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PSYC 2400 (274)
Adelle Forth (114)
Lecture 5

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PSYC 2400
Adelle Forth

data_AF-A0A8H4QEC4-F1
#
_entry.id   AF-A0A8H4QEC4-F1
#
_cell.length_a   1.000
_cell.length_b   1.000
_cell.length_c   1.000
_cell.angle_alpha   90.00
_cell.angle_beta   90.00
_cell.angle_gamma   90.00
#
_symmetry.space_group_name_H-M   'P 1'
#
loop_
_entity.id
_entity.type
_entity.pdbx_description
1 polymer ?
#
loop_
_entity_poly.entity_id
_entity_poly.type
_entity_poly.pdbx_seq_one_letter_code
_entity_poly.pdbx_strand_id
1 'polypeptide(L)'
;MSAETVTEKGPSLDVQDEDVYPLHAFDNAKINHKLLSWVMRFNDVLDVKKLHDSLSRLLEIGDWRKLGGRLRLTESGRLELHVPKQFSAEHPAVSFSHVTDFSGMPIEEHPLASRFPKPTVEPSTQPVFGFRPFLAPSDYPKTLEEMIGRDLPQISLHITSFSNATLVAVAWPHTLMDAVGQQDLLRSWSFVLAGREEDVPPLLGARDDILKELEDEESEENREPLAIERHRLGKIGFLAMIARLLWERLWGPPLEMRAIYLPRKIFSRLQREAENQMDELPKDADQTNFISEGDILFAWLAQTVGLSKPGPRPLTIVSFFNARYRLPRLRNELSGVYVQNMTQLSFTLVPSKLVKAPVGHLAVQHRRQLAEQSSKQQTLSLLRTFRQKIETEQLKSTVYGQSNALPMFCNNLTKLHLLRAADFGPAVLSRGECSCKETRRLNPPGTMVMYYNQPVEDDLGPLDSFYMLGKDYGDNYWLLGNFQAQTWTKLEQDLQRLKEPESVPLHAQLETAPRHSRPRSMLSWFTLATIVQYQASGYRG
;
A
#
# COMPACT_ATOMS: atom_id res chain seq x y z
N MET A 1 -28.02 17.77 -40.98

Lecture 5: You Are Guilty So Confess-(Ch.3) Tuesday, January 18, 2011 - Natalie Jones covered part of Ch. 3—criminal and geographic profiling - We’re going to cover police stress (ch.2) and interrogations (ch.3) - False/wrongful convictions on Thursday—two wrongfully convicted people coming to speak on Saturday - Alain Olivier wrongfully convicted of drug trafficking—spent 8 years in Thailand (prison) - Jamie Nelson doesn’t fit in regular group of wrongfully convicted people— convicted for crime that never occurred—accused of sexual assault, police believed girl’s story, he was sentenced to 3 and a half years o Refused treatment—didn’t feel he was a sex offender o From Ottawa - Quiz 1 will be released next Monday—covers Ch.1-3 (everything up to Thursday’s lecture) - Ethnicity and Use-of-Force o Youth crime, domestic violence, mentally disordered and use-of-force: lots of police discretion o Correll interested in issue with African Americans and police use-of-force (very high-profile shootings of unarmed black men—police “thought” the individuals had guns) o Police and community, members’ use of lethal force o Virtual game—brought community members in, they would suddenly see someone on the screen (see gun/something non-threatening like a wallet/cell phone) o Varied the location (intercity, urban mall, etc.), whether individual was African American or white, and what he was holding o Have to hit button (shoot/don’t shoot) as quickly as possible o (Job was to shoot if he had a gun) o Studied reaction time and error rate o Results:  Community members were more likely to shoot (lower threshold)  Police training inhibited likelihood of shooting  But BOTH had a racial bias—both were more likely to shoot African American holding cell phone, less likely to shoot white guy holding a gun  Racial bias in police and community o This was with Denver police, community samples from Denver o He later went national—found that there was less bias in national police force - Police stress o Huge amount of stress involved o Police officers always ranked in top five most stressful occupations (risk)  Others would be: firefighters (risk), emergency room surgeons (work environment), air traffic controllers, miners (work environment)  Recently, added idea that areas with high degree of competition (real estate agent, sales, CEOs) have high amounts of stress  Taxi drivers recently added—work hours, abuse, dangers with people you pick up o Organizational  Paperwork o Occupational  This is why they’re seen as highly stressed • Shift-work • Exposed to horrific incidents (car accidents, mangled bodies, etc.) • Having to tell people that child has been killed, etc. • Negative interactions—criminals aggressive towards police o Criminal Justice  Ex. You arrest someone, prosecution decides to stay the charges, person is released. Arrest again, again don’t go to court.  Ex. Or you arrest person for serious offence and they get short prison times  Stress about how effective you’re being with your job o Public  Issue with media—tends to profile negative incidents that occur (Stacie Bons case)—Ottawa Police felt leader was not supporting them—public distrust, aggression, etc. - Taylor and Bennell did survey of Ontario police o Asked police officers to rate amount of stress they’ve experienced in last 6 months o 2 self-report scales, 20 items each (organizational and occupational stressors) o Rated on 1-7 point scale o Results  These were highest ratings for the police:  Differential rules for certain officers (favoritism)  Fatigue (shift-work, long hours)  Prove one’s self (to senior management, always on edge)  Inconsistent leadership (chiefs)  Court system (not effective in dealing—stressful going to court to testify—have to have vast knowledge that they’ll be grilled on)  Red tape (excessive regulation) o Organizational stressors were more stressful than occupational  Occupational (seeking horrible crime scene, dealing with criminals, etc.)—actually related to the job description  Organizational—dealing with chief, etc. - Ranking Police Stress by Violanti and Aron o Done in the States o Rank in order from 1-100 the most stressful events o Differs from Ontario study (last six months, more daily stressors)—this asks for most stressful thing that’s ever happened o 60 questions o Results  Physical attack  Battered child  High-speed chase  Shift work  Use of force  Inadequate departmental support o But the top two:  1) Killing someone in line of duty  2) Fellow officer’s murder o These are OCCUPATIONAL stressors—most stressors, but don’t happen that often o Organizational stressors happen every day - How to cope with stress o Talking to others o Training—know what to do, what to expect in stressful situations o Taking your emotions out of it, being detached - Burke, 1993—Police and Stress: coping methods o Huge study- 823 officers o Link stress level with other things  Coffee consumption (increases with level of stress)  Alcohol consumption  Use of medications (sleep medications, antianxiety)  Withdrawal (from social activities, family)  Lower job satisfaction  Greater intention to quit o All of these can lead to burn out—high rate among officers—related to quitting o We’re putting a lot of resources into training officers, they experience lots of stress and consequences of stress, want to quit o Burke asked how to deal with the stress  Only thing that made it most effective was EXERCISE  Individuals with regular exercise routine had fewer symptoms of stress  Something that police forces could easily implement - Ch.3—Police interrogations - Interrogation: gain evidence (find knife thrown away, stolen property, etc.), but PRIMARY GOAL IS TO OBTAIN CONFESSION - Most individuals who commit crimes do not voluntarily confess - Up until recently, it was deemed okay for police to use physical methods to obtain a confession o Beating (with rubber hose/others), as long as it doesn’t leave a mark o Deprived of food and water o Admissible in court, as long as you say it was voluntary - Brown v. Mississippi case—white farmer Raymond Stewart murdered, three black suspects o Beaten, whipped o One of them was strung up by a tree, threatened to hang him o After this, they confessed to the murder o All sentenced to death o However, they appealed the conviction, at the appeals court, their confessions were deemed inadmissible because they were obtained from physical coercion o Police officers told not to use physical violence—could use bright lights, deprive of sleep, use psychological techniques - Earnest Miranda—very famous case o Arrested for rape and kidnapping o Interrogated for two hours, confessed o Then claimed that he was not warned by the police that he didn’t have to say anything to them—was not warned about his rights o His confession was not entered into court—went to trial without the confession o Got convicted anyway, released in 1974 o *Miranda rights come from this case—police need to warn you  1) what you’re being arrested for  2) that you have the right to remain silent (anything you say or do can be used against you in a court of law)  3) you have a right to an attorney—if you don’t have money for an attorney, one will be appointed to you o We have a Charter of Rights and Freedoms with those same rights  1) What you’re being arrested for  2) Right to remain silent  3) Right to an attorney - Interrogation room o Manual for setting up the room o Isolated from other rooms as much as possible o Small o Have room for interrogator and second person o Observation mirror o Chair for suspect should be hard (oriented so you start slipping off?) o Interrogator and detective get more comfortable chairs o **Goal is to increase the discomfort of the individual  Part of the Reed technique of NA  Increase discomfort- more upsetting for person to be in that room, they overcome their anxiety about confessing  They just want to get out  More anxious to be in the room than confessing - Interrogation techniques o Soft sell tactics that provide a sense of false secure (minimize seriousness of the crime, blame victim, etc.)—minimization o Scare tactics that attempt to intimidate suspects (we’re going to talk to the Crown if you don’t confess, you’re going to get a 25 year sentence, we